Aboriginal traditional owners have heckled government and mining industry representatives at a Minerals Council summit, calling for an end to mining on their lands.
About 30 traditional owners and family members drove to Darwin from Maningrida, with some driving all night to make the 1400km from Borroloola by morning.
Conrad Rory, a Yanyula and Garrawa man from Borroloola, said the MacArthur River Mine near his community was having a detrimental impact on the tidal river.
The mine’s independent monitor reported in 2013 that 90 per cent of fish caught downstream of the mine exceeded maximum permitted concentrations of metals and isotopes as outlined by the national food standards guidelines.
“What we’re really hoping to accomplish is shutting down the mine,” Mr Rory said.
“Since they diverted the river it’s been flowing really slow, the colour’s changed, we’ve found dead fish and crabs.”
Jackie Green, an elder from Borroloola, was critical of mine operators he saw as plundering Aboriginal land and then moving on.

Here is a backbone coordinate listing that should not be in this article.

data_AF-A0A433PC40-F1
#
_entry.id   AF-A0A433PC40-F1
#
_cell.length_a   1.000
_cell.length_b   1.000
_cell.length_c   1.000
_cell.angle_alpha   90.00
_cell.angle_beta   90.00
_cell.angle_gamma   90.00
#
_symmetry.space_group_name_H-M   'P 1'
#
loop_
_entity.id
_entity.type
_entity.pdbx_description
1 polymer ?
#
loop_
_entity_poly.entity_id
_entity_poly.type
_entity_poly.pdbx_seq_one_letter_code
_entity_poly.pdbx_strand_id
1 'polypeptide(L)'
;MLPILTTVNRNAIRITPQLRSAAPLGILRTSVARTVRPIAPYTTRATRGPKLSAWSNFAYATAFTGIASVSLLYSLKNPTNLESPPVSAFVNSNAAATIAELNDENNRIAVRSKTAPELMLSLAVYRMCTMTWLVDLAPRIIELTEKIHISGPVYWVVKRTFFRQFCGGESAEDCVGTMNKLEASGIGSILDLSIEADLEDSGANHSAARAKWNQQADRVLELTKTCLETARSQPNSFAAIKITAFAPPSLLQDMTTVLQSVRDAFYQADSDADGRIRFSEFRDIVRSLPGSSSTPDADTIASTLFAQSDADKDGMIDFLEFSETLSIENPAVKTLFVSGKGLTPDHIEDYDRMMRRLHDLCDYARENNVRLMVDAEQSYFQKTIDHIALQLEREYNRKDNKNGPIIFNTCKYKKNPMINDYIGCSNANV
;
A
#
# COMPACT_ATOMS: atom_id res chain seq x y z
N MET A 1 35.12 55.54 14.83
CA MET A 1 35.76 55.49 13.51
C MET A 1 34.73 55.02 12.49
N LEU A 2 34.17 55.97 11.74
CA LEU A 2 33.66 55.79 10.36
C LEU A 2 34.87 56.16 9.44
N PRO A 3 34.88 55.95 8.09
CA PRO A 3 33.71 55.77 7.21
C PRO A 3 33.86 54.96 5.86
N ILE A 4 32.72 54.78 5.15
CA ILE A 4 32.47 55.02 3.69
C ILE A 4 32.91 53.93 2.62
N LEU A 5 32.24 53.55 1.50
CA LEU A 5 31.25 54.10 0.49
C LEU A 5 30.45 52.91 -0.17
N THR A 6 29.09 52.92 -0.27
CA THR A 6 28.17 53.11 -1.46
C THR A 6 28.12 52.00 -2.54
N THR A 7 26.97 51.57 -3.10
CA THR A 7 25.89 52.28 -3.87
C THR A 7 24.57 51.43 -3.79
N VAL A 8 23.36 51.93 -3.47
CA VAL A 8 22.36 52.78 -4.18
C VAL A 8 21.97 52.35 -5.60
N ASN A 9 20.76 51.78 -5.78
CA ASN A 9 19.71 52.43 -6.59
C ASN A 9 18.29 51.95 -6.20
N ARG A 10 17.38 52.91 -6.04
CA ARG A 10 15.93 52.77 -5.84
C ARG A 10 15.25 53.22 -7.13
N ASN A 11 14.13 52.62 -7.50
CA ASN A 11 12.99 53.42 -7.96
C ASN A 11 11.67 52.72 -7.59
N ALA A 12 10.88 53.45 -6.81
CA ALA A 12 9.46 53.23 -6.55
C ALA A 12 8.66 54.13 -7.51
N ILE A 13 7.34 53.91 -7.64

“While you stuff it up, we the poor blackfellas are going to be left behind,” he said.
“That’s our land. We live in that country, that’s our home.”
Eddie Mason, a traditional owner from Maningrida, called mining “this industrial disease” sweeping Aboriginal land.
“Nobody knew about our place until the eye in the sky marked my area,” he said.
“That country’s got a name, there’s a lot of dreaming in that country.”
Mr Green accused the government of separating families to obtain consent for mining on Aboriginal land.
“They grab one Aboriginal person and take him aside and chuck a chocolate across his table and he eats that and other Aboriginal people don’t know what’s going on.”
Five police cars were sent to monitor the small protest, and the doors to Darwin’s convention centre were locked.
Media were barred from attending sessions with industry leaders such as Andrea Sutton, chief executive of Energy Resources of Australia, and Sam Strohmayr, general manager of Glencore.
But Chief Minister Adam Giles made the government’s position clear: “Mining is a critical part of the NT economy. Mining is here for the long term”.
He said he is “a big believer in standing up for indigenous rights”.
“But it’s not enough to stand up for social rights, you have to stand up for economic rights, and that means creating jobs,” he said.
There is a “huge degree of consultation” with traditional owners over mining on Aboriginal land, he said, with the ultimate goal of creating jobs on a local level.
“Fundamentally it’s about Territorians, not about big companies.”
By Neda Vanovac